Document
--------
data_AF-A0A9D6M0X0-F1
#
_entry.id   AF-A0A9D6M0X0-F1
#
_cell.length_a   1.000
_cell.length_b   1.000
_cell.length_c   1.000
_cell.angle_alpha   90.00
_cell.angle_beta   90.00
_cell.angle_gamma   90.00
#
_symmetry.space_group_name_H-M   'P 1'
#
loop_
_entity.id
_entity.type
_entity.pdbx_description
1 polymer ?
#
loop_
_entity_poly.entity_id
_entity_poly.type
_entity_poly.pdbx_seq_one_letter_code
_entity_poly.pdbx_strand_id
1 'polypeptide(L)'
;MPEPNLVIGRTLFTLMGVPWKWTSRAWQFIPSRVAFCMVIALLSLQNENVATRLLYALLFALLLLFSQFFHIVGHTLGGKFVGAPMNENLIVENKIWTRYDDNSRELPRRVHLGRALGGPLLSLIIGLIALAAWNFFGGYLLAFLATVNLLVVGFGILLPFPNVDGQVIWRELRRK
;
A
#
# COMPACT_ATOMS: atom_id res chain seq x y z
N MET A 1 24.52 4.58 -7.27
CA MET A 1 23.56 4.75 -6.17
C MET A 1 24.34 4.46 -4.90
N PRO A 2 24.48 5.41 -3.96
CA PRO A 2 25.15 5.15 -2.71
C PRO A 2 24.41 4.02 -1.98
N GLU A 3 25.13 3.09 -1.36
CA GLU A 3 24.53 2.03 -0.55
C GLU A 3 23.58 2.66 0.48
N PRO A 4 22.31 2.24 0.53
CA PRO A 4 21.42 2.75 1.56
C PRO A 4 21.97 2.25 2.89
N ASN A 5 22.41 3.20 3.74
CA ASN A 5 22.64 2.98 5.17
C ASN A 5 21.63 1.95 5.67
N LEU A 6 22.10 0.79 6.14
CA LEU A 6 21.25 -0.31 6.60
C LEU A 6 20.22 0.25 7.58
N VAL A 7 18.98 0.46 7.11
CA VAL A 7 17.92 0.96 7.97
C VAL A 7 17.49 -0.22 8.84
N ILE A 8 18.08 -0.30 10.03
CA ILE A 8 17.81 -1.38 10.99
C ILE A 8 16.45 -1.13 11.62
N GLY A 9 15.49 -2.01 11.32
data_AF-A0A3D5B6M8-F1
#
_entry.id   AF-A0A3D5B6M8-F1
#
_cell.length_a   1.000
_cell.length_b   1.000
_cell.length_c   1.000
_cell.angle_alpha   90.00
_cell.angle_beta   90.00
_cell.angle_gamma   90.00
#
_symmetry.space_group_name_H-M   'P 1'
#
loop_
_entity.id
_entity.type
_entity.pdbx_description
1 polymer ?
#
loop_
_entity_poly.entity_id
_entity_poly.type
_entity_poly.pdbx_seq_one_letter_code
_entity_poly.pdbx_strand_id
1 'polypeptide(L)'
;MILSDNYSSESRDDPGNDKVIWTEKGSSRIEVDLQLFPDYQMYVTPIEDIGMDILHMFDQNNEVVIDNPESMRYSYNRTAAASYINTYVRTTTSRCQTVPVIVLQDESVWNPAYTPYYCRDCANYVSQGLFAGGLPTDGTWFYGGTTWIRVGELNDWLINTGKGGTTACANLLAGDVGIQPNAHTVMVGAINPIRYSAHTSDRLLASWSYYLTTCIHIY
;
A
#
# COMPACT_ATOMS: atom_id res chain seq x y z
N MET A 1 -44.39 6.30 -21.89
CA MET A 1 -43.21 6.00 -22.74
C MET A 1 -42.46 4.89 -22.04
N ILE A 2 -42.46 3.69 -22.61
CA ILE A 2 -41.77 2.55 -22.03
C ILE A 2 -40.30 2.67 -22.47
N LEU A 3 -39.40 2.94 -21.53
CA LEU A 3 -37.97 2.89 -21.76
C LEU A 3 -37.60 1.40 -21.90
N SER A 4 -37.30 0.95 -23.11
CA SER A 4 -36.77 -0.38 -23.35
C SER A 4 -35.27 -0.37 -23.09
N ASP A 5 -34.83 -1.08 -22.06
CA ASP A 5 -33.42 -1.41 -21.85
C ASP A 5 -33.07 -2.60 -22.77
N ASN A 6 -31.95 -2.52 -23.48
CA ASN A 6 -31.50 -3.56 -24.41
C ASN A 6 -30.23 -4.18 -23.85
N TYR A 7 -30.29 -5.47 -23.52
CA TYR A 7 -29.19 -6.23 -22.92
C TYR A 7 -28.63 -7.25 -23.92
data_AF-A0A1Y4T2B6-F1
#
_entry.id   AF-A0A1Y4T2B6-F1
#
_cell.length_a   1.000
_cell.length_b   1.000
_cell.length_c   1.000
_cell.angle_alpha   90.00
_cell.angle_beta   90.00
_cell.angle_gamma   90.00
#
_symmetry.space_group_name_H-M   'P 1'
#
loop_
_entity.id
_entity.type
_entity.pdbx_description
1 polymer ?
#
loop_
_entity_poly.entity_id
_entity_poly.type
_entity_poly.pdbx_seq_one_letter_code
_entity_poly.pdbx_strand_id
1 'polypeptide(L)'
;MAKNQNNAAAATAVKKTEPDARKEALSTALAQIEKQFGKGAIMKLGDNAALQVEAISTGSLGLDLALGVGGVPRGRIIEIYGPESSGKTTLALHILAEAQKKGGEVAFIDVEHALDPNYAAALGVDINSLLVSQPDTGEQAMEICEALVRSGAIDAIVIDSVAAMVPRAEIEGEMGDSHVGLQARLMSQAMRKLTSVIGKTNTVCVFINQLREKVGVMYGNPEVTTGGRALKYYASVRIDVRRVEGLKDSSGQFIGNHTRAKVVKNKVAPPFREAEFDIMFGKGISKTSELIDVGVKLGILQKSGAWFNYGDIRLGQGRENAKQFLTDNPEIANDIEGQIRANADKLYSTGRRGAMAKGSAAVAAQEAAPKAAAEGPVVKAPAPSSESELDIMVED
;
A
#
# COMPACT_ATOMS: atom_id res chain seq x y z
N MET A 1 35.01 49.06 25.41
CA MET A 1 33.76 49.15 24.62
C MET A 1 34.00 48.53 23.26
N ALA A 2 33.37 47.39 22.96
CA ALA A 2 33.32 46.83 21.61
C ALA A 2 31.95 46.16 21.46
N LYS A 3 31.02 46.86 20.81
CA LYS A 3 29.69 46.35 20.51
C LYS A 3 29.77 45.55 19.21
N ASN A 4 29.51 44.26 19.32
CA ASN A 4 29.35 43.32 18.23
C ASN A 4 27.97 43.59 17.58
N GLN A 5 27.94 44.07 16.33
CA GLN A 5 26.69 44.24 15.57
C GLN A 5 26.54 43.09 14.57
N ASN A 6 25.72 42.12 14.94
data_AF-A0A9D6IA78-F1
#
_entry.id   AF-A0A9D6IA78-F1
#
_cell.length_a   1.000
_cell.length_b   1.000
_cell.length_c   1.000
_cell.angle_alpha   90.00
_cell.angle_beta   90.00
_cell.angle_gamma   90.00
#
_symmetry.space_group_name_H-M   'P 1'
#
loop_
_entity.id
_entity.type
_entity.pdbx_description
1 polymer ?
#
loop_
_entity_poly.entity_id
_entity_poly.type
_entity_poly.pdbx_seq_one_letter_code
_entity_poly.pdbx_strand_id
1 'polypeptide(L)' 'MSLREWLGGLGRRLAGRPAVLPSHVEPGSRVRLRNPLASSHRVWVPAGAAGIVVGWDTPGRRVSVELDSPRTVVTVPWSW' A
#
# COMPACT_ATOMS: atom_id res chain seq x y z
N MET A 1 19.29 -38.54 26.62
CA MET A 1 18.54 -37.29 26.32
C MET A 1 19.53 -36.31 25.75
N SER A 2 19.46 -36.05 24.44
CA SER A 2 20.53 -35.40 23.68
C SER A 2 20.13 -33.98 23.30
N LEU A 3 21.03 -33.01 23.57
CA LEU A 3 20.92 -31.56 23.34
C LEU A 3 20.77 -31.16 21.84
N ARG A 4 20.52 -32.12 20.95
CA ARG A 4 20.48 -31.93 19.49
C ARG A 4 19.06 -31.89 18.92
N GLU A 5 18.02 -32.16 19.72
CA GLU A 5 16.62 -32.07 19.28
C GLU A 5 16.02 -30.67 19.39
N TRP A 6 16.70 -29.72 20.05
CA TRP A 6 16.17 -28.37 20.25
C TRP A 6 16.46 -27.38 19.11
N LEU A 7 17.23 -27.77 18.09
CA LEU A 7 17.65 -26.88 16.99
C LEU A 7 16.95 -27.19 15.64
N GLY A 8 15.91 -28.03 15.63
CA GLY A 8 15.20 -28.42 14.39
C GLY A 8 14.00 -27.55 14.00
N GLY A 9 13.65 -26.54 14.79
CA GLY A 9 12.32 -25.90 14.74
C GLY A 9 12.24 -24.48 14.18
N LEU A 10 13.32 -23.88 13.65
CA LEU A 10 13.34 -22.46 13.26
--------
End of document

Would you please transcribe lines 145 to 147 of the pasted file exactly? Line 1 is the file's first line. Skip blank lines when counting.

C LYS A 3 29.77 45.55 19.21
N ASN A 4 29.51 44.26 19.32
CA ASN A 4 29.35 43.32 18.23